More Said Than Written
Unprecedented progress and achievements are actually embedded in the joint statement, which not only addresses the issues of trade balance, but also looks to expand trade in areas other than agricultural and energy products. “The delegations also discussed expanding trade in manufactured goods and services. There was consensus on the need to create favorable conditions to increase trade in these areas”, the statement says.
Any logical inferences based on a sound understanding of China-U.S. trade relations would tell what was meant by this paragraph. It does not entail a list of products – which could be too long for a joint statement – to arrive at a conclusion that the two sides have discussed more details than were written. No one would fail to think of Boeing aircraft, of automobiles, and of high-tech products that China wants to buy and that the U.S. has been unwilling to sell. As efforts are made by both sides to create favorable conditions for trade in those products to increase, including China’s effort to review tariff and non-tariff measures, there are good reasons to believe that both sides are committed to improving the trade balance on actionable frameworks.
In the joint statement, China is also committed to improving its IPR protection laws and regulations, not just to address U.S. concerns, but also for its own benefits.
The joint statement also shed light on bilateral investments, which “both sides agreed to encourage, and promised “to strive to create a fair, level playing field for competition”. China has lately announced a series of policies relaxing market access to foreign investment in the service sector, including financial services.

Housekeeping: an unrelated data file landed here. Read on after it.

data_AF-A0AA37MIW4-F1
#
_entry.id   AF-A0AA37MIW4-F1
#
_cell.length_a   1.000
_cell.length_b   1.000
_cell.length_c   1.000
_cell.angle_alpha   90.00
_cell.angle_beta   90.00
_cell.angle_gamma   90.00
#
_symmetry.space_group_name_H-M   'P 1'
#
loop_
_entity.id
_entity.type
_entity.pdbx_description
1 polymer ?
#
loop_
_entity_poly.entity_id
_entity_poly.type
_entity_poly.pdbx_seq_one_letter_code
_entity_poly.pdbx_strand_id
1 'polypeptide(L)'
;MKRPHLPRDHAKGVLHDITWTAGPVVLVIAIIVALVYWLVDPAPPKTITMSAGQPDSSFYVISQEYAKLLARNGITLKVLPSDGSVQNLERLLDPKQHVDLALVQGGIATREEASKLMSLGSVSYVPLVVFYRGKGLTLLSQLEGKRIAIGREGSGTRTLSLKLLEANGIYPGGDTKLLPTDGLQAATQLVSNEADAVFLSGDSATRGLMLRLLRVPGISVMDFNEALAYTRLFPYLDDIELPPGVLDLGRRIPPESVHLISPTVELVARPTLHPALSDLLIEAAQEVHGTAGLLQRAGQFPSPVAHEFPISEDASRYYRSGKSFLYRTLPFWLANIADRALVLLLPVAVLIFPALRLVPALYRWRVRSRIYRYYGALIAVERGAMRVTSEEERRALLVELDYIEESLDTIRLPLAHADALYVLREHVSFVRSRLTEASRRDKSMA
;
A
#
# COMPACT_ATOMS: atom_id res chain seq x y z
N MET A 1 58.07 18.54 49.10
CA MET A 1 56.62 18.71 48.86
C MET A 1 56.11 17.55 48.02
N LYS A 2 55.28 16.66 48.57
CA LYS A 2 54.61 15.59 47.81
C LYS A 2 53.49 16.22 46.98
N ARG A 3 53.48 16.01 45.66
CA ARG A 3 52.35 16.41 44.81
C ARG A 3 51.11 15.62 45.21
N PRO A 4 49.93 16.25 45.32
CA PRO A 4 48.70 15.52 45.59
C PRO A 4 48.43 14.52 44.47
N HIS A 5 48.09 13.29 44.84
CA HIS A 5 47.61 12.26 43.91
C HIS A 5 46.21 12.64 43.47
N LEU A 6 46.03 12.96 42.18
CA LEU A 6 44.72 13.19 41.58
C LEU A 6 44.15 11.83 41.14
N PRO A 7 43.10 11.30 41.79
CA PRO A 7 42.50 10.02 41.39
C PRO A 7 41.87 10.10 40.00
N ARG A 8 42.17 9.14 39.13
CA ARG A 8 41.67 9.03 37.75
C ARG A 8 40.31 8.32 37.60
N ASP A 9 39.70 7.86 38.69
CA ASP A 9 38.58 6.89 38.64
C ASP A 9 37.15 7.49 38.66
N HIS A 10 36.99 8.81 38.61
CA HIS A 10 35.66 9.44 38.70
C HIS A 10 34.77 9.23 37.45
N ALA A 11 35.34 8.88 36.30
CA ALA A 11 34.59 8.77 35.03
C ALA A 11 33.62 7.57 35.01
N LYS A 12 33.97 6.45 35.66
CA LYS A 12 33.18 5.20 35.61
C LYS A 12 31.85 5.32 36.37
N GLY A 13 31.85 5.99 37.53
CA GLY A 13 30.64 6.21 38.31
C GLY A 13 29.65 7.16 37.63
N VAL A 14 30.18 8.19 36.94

It remains a question, though, whether reciprocal Chinese investments will be fairly treated, particularly when the U.S. has yet to announce its investment restrictions, which are widely believed to target Chinese companies.
Prospects Merit an End to Trade War
The outcomes as described in the joint statement may not be perfect, as there are pending issues that remain to be resolved. It is very likely that both sides may face new issues in the future. It is important, however, for both sides to agree “to continue to engage at high levels on these issues and to seek to resolve their economic and trade concerns in a proactive manner”, which is the constructive foundation of bilateral economic and trade relations.
Vice Premier Liu He has lauded the bilateral consultations as positive, pragmatic, constructive and productive, noting that that the two sides had agreed not to launch a trade war, and to stop imposing tariffs on each other, which are the most remarkable outcomes of the consultations.
Deliberately, perhaps for tactical reasons, however, U.S. Treasury Secretary Mnuchin worded the situation differently, saying that the trade war had been put “on hold”. Although the U.S. position gives people an impression that the U.S. still wants to hold the trigger for the first gunshot, the markets seemed to have embraced the truce positively; they have rallied and investors have stopped holding their breath in the expectation that the tariff tensions would not escalate to a trade war.
The U.S.-initiated tension put the world in fear of disruptive consequences; ending hostilities in China-U.S. trade that could have far-reaching global implications would be a wise choice on the part of the U.S. The efforts invested so far by the two sides to achieve positive results will bring the two countries, as well as the rest of the world, a better and predictable trading environment, and great prospects that we might see a complete end to the trade war.
Li Yong, senior fellow and vice chair of the Expert Committee, China Association of International Trade
Editor: Ning Jing, Cai Hairuo
The article represents the author’s personal opinion which does not represent the China Focus’ stance.